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Andre Cramblit andrekar at NCIDC.ORG
Tue May 31 18:07:45 UTC 2005

Community College to offer Native American language program

5/30/2005, 11:58 p.m. PT
The Associated Press 

EUGENE, Ore. (AP) — Lane Community College is poised to become Oregon's
first community college to offer an American Indian language course,
thanks to a $1 million gift made to the college last year from an
anonymous donor.

Interest income from the donation will be used to invite an Indian
scholar to spend a year at the school laying plans the new language

The college has not yet decided which language it will offer, in part
because that will depend on the background of the person it ultimately
hires. But Lane Community College President Mary Spilde said it will be
a language spoken by a Northwest tribe and said they hope to choose a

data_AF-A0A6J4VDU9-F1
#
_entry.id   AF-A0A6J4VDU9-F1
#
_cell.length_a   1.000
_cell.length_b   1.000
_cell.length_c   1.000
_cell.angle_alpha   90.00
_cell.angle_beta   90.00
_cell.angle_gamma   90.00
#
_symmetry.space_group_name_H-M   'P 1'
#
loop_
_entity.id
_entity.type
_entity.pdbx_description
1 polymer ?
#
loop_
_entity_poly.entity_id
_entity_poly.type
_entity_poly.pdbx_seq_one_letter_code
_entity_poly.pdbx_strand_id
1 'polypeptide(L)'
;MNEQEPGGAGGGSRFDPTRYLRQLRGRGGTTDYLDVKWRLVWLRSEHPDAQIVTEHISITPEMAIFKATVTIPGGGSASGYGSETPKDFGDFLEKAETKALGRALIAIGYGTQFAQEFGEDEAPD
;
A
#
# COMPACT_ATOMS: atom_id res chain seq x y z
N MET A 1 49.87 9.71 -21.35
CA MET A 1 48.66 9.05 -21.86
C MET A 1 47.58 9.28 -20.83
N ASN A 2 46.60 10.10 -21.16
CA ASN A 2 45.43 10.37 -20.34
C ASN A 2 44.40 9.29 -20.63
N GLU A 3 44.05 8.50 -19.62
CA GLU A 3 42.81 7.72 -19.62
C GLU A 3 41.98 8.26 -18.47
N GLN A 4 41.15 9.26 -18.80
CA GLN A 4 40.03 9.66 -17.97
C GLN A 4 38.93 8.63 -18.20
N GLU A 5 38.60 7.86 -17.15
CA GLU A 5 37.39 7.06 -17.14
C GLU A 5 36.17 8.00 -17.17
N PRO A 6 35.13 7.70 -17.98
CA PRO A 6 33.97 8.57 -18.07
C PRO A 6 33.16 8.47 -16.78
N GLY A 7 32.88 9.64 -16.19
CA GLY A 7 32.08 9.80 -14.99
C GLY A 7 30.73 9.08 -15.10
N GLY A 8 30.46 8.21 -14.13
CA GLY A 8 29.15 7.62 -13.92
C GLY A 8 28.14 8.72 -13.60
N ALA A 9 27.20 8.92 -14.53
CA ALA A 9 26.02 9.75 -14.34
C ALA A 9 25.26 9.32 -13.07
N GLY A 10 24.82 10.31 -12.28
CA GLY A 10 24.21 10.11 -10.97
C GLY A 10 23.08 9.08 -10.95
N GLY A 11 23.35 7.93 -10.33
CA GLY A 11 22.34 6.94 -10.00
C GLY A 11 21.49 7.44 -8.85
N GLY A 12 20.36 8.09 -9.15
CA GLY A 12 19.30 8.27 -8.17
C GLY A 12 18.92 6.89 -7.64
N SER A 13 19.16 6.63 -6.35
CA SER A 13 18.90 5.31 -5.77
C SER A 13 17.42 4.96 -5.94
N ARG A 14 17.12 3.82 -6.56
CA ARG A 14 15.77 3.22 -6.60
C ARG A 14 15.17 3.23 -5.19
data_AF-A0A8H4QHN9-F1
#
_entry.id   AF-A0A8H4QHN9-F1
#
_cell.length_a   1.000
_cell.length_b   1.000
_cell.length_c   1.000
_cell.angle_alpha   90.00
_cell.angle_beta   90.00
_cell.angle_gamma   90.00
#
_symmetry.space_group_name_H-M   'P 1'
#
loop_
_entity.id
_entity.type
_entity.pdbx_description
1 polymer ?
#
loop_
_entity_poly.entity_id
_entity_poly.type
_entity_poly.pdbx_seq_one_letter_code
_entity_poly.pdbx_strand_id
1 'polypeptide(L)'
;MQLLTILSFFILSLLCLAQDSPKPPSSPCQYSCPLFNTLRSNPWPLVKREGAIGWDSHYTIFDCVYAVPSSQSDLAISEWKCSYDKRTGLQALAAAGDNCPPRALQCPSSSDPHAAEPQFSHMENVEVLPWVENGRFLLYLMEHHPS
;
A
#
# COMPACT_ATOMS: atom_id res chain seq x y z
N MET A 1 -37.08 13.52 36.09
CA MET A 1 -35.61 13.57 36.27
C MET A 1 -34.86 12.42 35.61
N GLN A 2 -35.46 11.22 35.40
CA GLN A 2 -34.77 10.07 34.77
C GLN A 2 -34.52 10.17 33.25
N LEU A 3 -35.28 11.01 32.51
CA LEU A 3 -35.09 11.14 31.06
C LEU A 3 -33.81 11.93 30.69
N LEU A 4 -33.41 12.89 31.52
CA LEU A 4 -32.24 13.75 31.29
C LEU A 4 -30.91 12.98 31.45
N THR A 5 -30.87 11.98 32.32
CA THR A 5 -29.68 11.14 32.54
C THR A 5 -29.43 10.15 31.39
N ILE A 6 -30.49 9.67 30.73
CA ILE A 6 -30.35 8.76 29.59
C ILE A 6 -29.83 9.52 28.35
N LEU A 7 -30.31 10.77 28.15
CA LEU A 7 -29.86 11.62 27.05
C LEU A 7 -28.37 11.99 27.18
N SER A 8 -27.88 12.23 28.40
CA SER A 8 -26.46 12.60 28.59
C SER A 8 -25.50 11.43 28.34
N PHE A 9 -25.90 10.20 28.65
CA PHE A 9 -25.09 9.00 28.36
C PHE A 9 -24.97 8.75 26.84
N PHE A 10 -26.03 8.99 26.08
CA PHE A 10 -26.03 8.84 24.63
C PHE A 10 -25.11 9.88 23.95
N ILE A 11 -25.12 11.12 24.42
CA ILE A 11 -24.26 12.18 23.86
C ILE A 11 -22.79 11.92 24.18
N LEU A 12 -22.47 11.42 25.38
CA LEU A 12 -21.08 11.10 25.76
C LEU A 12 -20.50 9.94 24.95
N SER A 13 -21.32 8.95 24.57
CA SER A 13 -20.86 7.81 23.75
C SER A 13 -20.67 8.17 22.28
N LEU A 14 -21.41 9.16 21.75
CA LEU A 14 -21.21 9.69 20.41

scholar by this summer.

Ultimately, the college hopes to offer a program rigorous enough that
students who pass the native language class will be able to transfer
the credits to a four-year university and have them count toward the
language requirement for a bachelor's degree.

Although perhaps only six of the 25 tribal languages that existed in
Oregon before European arrival are still spoken, researchers and
linguists say learning one still has value.

"If you learn Nez Perce or Klamath or any of a number of languages, this
gives you access to a large body of traditional lore and literature and
mythology," University of Oregon linguistics professor Scott Delancey,
who studies Northwest Indian languages. "And the truth is, you really
don't get a lot of the story if you just read the English translation."

Twila Souers, a Lakota tribal member, said many tribal languages already
have died out and the few remaining are spoken only by a few people,
usually elders. Teaching them in college is seen not only as a way to
preserve dying languages but also to share the culture they reflect,
she said.

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